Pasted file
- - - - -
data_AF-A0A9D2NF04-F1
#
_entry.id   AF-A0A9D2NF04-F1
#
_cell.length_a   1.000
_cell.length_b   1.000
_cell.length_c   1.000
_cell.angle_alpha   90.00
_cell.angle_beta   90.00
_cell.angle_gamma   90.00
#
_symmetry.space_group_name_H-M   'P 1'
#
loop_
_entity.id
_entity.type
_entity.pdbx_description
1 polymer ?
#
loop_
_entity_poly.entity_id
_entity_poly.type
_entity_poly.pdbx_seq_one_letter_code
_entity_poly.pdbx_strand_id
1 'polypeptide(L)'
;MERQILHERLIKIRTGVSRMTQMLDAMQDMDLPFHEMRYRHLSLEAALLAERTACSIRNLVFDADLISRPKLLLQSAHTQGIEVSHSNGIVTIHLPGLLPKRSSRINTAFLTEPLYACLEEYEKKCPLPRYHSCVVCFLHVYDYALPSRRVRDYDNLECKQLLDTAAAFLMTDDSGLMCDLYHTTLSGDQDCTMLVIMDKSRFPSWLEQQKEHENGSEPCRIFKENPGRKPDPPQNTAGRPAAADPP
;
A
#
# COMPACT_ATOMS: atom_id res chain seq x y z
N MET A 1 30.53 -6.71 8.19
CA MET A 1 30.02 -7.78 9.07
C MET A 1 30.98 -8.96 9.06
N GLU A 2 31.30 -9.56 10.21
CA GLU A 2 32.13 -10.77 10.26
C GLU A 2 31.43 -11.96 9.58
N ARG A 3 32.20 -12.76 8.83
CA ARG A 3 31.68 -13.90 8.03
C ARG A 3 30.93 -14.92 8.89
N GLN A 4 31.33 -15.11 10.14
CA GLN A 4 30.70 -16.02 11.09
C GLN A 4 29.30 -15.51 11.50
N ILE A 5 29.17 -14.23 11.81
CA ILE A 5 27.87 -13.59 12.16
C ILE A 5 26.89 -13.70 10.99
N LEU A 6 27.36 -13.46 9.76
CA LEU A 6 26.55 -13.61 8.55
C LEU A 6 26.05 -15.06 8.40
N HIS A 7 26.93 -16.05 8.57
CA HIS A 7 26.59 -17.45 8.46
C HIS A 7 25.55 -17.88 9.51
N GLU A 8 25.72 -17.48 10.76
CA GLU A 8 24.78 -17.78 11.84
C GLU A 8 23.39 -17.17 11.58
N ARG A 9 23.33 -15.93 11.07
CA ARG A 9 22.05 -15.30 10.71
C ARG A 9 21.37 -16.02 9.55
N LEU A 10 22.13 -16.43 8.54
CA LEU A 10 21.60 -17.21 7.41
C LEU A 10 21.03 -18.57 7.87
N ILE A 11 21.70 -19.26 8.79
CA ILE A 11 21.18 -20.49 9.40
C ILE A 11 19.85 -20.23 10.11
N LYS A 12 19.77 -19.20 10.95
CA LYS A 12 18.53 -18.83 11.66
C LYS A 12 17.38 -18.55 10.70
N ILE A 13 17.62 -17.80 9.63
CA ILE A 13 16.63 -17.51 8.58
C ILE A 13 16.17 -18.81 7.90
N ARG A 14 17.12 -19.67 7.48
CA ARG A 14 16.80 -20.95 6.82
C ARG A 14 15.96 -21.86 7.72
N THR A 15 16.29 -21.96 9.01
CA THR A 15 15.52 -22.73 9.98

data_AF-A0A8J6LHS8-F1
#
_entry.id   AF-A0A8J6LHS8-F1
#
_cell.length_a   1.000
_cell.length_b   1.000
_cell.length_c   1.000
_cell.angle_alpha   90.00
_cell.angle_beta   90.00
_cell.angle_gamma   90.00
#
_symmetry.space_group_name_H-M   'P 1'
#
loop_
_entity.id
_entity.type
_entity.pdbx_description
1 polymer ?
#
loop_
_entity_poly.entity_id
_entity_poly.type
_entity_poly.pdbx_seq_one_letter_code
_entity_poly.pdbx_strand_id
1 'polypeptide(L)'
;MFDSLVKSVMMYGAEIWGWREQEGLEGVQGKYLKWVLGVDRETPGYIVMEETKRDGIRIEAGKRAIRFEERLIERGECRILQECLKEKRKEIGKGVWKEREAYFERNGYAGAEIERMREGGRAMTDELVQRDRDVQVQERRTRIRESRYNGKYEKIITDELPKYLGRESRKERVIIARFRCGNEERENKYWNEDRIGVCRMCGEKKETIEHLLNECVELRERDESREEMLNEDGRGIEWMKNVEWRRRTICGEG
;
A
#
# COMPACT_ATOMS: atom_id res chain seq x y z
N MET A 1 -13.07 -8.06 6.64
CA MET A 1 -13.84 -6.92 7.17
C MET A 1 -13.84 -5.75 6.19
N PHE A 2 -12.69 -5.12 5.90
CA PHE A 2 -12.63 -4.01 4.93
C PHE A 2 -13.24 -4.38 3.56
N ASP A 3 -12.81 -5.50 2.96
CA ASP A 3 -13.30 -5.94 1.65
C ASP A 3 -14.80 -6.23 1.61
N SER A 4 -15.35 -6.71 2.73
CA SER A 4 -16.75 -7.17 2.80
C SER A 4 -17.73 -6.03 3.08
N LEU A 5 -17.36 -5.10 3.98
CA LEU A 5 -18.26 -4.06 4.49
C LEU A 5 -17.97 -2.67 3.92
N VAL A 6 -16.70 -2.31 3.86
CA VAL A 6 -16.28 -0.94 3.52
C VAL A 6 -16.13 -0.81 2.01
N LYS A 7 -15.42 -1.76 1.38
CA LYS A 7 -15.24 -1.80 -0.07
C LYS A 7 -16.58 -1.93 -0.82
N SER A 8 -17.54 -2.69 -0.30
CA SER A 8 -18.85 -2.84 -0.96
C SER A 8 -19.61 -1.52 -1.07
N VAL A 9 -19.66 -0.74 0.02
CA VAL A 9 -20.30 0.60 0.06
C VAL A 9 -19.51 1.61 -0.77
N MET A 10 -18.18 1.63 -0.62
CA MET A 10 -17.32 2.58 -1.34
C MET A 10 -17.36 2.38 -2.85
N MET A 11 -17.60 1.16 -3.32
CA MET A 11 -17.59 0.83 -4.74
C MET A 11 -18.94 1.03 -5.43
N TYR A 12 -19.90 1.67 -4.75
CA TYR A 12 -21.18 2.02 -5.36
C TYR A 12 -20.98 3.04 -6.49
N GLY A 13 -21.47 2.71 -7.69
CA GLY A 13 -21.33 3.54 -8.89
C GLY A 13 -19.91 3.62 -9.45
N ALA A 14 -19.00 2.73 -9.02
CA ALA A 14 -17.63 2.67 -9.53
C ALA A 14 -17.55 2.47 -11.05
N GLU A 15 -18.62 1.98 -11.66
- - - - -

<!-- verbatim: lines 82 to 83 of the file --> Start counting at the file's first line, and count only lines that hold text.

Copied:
_cell.angle_alpha   90.00
_cell.angle_beta   90.00